Republic of the Weird is the second album from Cursed Murphy Versus the Resistance, the eight-piece ensemble based in Wexford, Ireland, led by writer and musician Peter Murphy. It’s the follow-up to their hugely acclaimed eponymous debut, released in 2020.
The new album’s ten tracks were co-produced by Peter, Dan Comerford and Johnny Fox, written throughout 2020 and 2021, and recorded in Rosslare Strand last autumn, shortly after the band’s sojourn with the Culture Ireland-supported Here/There art exhibition to Wuppertal and Berlin. The album was mixed by Johnny the following spring, with additional production and co-writing by Kilmore duo Basciville on ‘This Is Not Your Love Song’, an industrial-disco banger somewhere between Leonard Cohen and Nine Inch Nails.
If Cursed Murphy Versus the Resistance was a head-on collision between post-punk, performance-poetry and ambient atmospheres, this new album integrates orchestral elements, using analogue synthesizers, multi-tracked violin and choral parts alongside the band’s trademark noise guitar and propulsive rhythms. Thematically, the tracks range from sinister carnival calls (‘Something Wicked This Way Comes’) to eruptions of anger and compassion (‘Hold That Line’), existential bewilderment (the title track), songs of lost love (‘The Agony of the Leaves’), trauma and war (‘Upon That Hill’, ‘Federal Hall’).
“Republic of the Weird refers to the state we’ve been living in for the past five or six years,” Peter says. “It’s about what happens when a generation of people who grew up on punk and electronic music, on dark sci-fi and speculative books and films, wake up one day to realise that their world has started to look like a present-day dystopia. But the feeling is strangely hopeful and inspiring too. We’re proud of the sound and the spirit of this record. It’s an album about future shock, but also hope and resilience.”
Cursed Murphy Versus the Resistance emerged in 2018 as a mashup of post-punk, German electronic music, spoken word, industrial music, big beats, sci-fi film soundtracks, Brazilian rhythms and Brechtian punk. The band released their eponymous debut album, which contained the singles ‘Foxhole Prayer’, ‘The Bells of Hell’ and ‘Climb’, in July 2020. It received stunning reviews from the Irish Times, RTE, Hot Press and the Sunday Times among other publications, as well as national airplay from Paul McLoone, Dan Hegarty, The John Creedon Show, Late Date and Arena.
The album also generated huge acclaim internationally, featuring on the Global Garage radio show, the Big Slice (UK) and in the French mag Muzzart, with fan testimonials coming from Sweden, Australia, South Africa, Hong Kong and the US. It was voted No. 2 album of the year by readers of The Last Mixed Tape, and No. 1 album of the year by Mike’s Music Express on Dundalk FM.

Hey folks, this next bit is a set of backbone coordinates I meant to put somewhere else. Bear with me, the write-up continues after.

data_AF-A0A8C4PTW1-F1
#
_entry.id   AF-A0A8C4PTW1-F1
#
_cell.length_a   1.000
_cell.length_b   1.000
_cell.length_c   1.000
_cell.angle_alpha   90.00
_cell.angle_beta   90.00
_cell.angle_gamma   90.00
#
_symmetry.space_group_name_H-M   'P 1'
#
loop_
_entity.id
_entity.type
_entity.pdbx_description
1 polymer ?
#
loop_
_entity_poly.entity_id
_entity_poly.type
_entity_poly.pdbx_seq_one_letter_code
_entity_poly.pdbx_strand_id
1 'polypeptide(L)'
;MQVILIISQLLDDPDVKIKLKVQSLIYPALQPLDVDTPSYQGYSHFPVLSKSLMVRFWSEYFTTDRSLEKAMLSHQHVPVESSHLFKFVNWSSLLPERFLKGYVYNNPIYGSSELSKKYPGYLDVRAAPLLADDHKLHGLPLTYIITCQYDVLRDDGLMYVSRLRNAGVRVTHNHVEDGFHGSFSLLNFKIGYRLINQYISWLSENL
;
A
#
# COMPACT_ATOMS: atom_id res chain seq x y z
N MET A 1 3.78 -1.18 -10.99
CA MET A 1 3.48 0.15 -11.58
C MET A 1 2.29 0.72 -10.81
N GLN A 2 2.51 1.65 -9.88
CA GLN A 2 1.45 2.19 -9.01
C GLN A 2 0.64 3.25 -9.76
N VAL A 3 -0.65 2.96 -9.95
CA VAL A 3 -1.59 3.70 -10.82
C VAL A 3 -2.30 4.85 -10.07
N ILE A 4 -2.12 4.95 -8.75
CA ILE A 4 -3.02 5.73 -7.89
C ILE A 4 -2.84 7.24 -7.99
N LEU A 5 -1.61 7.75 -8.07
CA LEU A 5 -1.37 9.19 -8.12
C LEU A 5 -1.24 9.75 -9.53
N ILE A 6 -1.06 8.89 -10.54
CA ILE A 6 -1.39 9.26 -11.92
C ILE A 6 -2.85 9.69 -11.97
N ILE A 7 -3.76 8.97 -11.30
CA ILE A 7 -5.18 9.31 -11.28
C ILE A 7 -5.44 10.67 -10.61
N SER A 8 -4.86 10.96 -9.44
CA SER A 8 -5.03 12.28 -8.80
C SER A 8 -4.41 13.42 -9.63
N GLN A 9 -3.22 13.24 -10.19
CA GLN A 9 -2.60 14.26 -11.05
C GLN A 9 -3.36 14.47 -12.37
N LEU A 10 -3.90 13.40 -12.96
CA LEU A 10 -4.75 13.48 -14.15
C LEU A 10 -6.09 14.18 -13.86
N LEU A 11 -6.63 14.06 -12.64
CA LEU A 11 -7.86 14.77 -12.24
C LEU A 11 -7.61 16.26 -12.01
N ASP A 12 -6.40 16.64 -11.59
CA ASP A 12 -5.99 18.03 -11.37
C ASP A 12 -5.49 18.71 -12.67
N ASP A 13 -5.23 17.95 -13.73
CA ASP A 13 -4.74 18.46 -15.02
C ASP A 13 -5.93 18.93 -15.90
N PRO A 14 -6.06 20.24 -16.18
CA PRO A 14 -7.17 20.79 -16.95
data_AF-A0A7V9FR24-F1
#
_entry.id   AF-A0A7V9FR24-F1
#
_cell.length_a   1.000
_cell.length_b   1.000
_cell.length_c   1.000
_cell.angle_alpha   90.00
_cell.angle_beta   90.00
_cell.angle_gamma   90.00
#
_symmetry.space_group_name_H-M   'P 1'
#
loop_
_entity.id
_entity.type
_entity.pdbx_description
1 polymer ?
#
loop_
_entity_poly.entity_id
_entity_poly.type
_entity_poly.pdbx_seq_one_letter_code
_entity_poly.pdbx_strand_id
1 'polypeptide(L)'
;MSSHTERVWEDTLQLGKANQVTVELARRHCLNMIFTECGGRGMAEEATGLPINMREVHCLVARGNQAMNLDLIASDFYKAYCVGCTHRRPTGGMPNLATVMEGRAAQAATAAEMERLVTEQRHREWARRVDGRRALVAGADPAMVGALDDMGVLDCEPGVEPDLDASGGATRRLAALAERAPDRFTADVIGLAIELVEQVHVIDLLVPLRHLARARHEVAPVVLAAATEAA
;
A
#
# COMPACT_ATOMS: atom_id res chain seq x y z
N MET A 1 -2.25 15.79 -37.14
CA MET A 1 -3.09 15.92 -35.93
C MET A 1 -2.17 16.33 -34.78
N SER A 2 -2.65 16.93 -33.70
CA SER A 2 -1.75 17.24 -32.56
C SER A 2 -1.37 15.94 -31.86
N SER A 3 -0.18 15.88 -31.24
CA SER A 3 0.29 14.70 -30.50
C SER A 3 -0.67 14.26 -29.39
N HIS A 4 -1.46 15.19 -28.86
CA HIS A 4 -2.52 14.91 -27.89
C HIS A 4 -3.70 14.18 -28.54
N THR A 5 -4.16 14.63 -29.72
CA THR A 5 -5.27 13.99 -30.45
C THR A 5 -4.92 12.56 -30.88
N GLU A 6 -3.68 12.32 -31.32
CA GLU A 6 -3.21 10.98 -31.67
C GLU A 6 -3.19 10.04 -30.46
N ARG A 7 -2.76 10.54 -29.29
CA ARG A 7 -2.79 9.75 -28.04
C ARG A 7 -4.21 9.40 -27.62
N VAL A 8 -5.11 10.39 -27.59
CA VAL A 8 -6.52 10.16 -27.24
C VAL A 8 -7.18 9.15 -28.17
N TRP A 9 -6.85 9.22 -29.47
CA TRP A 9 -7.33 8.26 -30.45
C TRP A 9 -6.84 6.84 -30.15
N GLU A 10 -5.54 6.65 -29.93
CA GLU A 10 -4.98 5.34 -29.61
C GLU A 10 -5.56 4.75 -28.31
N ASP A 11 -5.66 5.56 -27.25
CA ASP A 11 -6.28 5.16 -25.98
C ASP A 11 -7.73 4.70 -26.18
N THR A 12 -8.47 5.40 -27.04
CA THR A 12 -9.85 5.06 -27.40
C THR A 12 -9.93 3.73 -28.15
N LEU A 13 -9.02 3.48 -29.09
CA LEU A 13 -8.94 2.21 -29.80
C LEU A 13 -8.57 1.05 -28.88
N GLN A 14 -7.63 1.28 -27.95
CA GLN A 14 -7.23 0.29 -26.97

In September 2021 the collective embarked on a German mini-tour, playing Wuppertal and Berlin as part of the travelling Here/There exhibition, supported by Culture Ireland. Earlier this year they played a sold-out show in Wexford Opera House with guests Basciville and poet Stephen James Smith, with whom Peter recorded a collaborative EP, Tell It to A Tree, released last December.
“Fiery poetry and prophesy. Fantastic album.” – Paul McCloone, Today FM.
“...A firebrand recording that sounds like both an eloquent state of the world sermon and a raging industro-art rock howl of rage in these benighted times. Murphy is caught in a fire-zone between rage and vulnerability, but he ends with a defiant poem of uplift in the moving ‘We Are Dead Stars’, a parting bolt of passion and conviction that puts it simply - give out but don’t give up. Flame on, Peter Murphy.” – Alan Corr, RTE
“Songs that dart between bombastic political statements (‘Burn Hibernia Burn’) and compelling vernacular. Combined with the cacophonic, tempestuous Jinx Lennon-esque punk vibe that dominates the track-list, it’s an album that rewards more and more with every listen.” - Lauren Murphy, Irish Times
“Cursed Murphy Versus the Resistance is not an album made to be ignored… It yells, it screams, it howls, to be heard… The album conveys many of the frustrations and loss felt by a génération perdue.” – The Last Mixed Tape